A safe injection site?
It is good news that a safe injection site has been approved for Ottawa’s Sandy Hill area, and that Ontario has offered funding. It’s important to note that it will be part of an existing drug and alcohol treatment centre, one with a good record on all counts.
The elephant in the room, and not a silent one, is community fear that such a service will attract more drug users and contribute to local criminality. Surveys have shown that this is unlikely. To a bystander, the opposite seems likely – that providing a clean and protected site will take addicts off the street and reduce the incidence of drug use, overdoses, public injections, street confrontations, etc., in the city. It will bring addicts into contact with health-care and treatment services.
One big question for us is why has our government in Quebec been so slow to deal with this issue of street-use drugs, the so-called opioid crisis and the constellation of petty crime and confrontation associated with illicit drug use. Aylmer is far from immune.
When we in Gatineau look at our own health-administration mess, it’s little wonder they seem unable to focus on this problem. This is a cost to us from that bureaucratic mess, another reason to ask Health Minister Barrette to declare health-services centralization a mistake, and go back to the drawing board, since these officials can’t learn from successes elsewhere (for example, in their own backyard, the Outaouais’ rural health centres, before those were decimated by the current rehash of ancient policies). Our health-service bureaucracy can’t deal with new problems if they are remain tangled in yesterday’s mistakes.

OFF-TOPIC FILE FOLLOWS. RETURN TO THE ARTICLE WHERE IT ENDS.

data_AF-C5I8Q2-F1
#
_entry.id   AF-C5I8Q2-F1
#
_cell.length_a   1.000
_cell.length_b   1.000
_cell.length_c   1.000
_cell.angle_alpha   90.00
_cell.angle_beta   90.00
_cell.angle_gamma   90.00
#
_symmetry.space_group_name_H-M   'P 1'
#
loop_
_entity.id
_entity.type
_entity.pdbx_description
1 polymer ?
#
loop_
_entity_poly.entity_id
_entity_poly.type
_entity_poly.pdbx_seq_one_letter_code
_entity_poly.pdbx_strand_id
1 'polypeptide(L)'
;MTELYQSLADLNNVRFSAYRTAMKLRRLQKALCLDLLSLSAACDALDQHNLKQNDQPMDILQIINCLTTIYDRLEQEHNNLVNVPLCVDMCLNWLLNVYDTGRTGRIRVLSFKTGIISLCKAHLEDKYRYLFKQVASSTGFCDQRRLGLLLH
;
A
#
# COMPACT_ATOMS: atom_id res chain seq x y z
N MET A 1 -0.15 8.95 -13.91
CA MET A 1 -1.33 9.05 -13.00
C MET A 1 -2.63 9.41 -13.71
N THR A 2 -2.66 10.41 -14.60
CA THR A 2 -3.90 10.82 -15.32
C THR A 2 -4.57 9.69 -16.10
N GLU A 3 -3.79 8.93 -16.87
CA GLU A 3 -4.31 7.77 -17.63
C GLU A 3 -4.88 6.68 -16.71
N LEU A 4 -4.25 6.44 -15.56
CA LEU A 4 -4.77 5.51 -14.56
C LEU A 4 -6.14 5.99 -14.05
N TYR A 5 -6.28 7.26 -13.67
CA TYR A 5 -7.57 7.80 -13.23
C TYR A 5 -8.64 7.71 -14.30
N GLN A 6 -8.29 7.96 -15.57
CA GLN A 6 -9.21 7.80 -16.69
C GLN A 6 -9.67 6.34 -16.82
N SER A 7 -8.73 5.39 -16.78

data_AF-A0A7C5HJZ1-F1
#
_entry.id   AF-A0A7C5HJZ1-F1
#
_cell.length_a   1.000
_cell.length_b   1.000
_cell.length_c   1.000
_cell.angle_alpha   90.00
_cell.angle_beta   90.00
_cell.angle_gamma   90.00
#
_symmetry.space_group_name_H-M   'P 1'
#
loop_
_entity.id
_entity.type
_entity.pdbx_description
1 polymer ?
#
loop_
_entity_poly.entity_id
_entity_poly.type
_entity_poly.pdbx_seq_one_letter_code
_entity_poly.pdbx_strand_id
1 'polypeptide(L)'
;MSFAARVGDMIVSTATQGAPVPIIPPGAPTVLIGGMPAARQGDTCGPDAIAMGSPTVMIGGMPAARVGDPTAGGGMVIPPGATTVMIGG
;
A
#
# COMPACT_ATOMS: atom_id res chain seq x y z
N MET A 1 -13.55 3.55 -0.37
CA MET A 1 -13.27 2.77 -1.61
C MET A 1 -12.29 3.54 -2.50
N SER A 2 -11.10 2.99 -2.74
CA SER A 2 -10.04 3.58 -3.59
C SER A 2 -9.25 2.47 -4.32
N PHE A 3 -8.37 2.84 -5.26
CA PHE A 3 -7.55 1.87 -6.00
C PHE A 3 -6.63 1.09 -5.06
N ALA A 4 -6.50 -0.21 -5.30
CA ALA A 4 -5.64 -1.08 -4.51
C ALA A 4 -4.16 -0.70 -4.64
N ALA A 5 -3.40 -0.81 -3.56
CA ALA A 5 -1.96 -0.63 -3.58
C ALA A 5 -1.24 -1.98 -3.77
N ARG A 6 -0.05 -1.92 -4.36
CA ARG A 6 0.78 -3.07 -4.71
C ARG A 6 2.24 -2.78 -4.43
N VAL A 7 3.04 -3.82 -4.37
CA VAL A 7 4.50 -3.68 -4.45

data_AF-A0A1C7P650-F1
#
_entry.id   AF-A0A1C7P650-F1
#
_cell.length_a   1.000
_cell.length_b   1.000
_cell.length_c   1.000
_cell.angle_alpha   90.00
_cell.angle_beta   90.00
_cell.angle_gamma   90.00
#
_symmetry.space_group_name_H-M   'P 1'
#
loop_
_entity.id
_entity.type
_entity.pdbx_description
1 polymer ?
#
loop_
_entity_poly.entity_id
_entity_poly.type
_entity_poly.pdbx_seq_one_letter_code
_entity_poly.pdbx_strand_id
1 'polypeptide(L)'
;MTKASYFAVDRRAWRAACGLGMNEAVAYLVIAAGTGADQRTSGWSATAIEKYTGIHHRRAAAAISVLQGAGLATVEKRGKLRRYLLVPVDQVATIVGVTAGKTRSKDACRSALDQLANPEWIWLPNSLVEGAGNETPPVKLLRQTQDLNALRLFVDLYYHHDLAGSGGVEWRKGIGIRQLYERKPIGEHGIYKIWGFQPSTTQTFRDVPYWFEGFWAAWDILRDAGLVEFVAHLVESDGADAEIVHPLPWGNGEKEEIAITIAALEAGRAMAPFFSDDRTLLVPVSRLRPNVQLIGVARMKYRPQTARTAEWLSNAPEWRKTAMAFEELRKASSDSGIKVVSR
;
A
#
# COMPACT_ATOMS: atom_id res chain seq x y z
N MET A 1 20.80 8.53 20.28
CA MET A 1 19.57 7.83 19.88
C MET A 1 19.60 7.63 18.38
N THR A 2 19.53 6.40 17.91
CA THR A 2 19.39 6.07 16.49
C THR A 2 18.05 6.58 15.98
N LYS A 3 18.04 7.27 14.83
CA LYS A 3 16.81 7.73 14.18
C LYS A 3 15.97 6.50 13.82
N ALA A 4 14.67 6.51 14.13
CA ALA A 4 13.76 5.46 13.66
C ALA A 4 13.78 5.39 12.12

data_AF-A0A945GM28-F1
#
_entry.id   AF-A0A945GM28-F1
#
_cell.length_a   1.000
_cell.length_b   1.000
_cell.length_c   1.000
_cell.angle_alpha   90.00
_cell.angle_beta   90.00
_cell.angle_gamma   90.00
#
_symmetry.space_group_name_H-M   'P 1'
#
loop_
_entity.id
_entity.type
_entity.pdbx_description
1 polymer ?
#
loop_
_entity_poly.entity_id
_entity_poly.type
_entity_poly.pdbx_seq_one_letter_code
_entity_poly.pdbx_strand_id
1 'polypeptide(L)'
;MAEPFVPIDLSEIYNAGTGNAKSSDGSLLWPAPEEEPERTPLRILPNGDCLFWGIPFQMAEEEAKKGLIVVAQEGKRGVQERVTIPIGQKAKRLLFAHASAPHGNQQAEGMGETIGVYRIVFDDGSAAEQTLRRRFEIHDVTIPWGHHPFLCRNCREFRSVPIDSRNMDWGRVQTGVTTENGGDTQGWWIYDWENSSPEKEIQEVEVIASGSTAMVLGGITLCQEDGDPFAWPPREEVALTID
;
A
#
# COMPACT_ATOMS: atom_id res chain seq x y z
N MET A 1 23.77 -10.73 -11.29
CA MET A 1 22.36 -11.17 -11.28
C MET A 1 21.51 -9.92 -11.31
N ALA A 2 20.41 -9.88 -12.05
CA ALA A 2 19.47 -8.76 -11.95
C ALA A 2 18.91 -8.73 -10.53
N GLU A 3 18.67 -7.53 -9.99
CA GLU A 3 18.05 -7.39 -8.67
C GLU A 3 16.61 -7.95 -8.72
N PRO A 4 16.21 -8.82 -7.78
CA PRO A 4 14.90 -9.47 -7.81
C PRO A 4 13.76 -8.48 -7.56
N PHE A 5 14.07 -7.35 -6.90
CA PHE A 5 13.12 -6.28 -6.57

As with most social problems, street drugs and prescription abuse are complex and difficult. It is a huge temptation to want to give the problem to the police. But that has not worked – if it did, we wouldn’t have these problems. Claiming the police have been under-resourced for this is not a viable excuse. The problems and their causes are so detailed that simple, one-size-fits-all solutions aren’t solutions at all – they are like squeezing the balloon. The difficulties pop out elsewhere.
My own perspective has a little value: I was university-educated in the USA’s Midwest, now the infamous “rust belt”. In my years, this was a prosperous region – in fact, I was amazed when so many Ohio residents assured me their state could actually survive on its own, it was so wealthy and diversified. Now, it is not only full of unemployment and empty storefronts but one of America’s biggest meth-war zones, with the horrible damage that causes.
Police work has been fruitless, despite their expensive efforts. American social workers now say a better approach is “harm reduction”. They cannot make the problem go away, but they can reduce the harm it spreads across their communities. Ohio authorities see Vancouver’s safe-injection site as a model. Why would we say no to that here?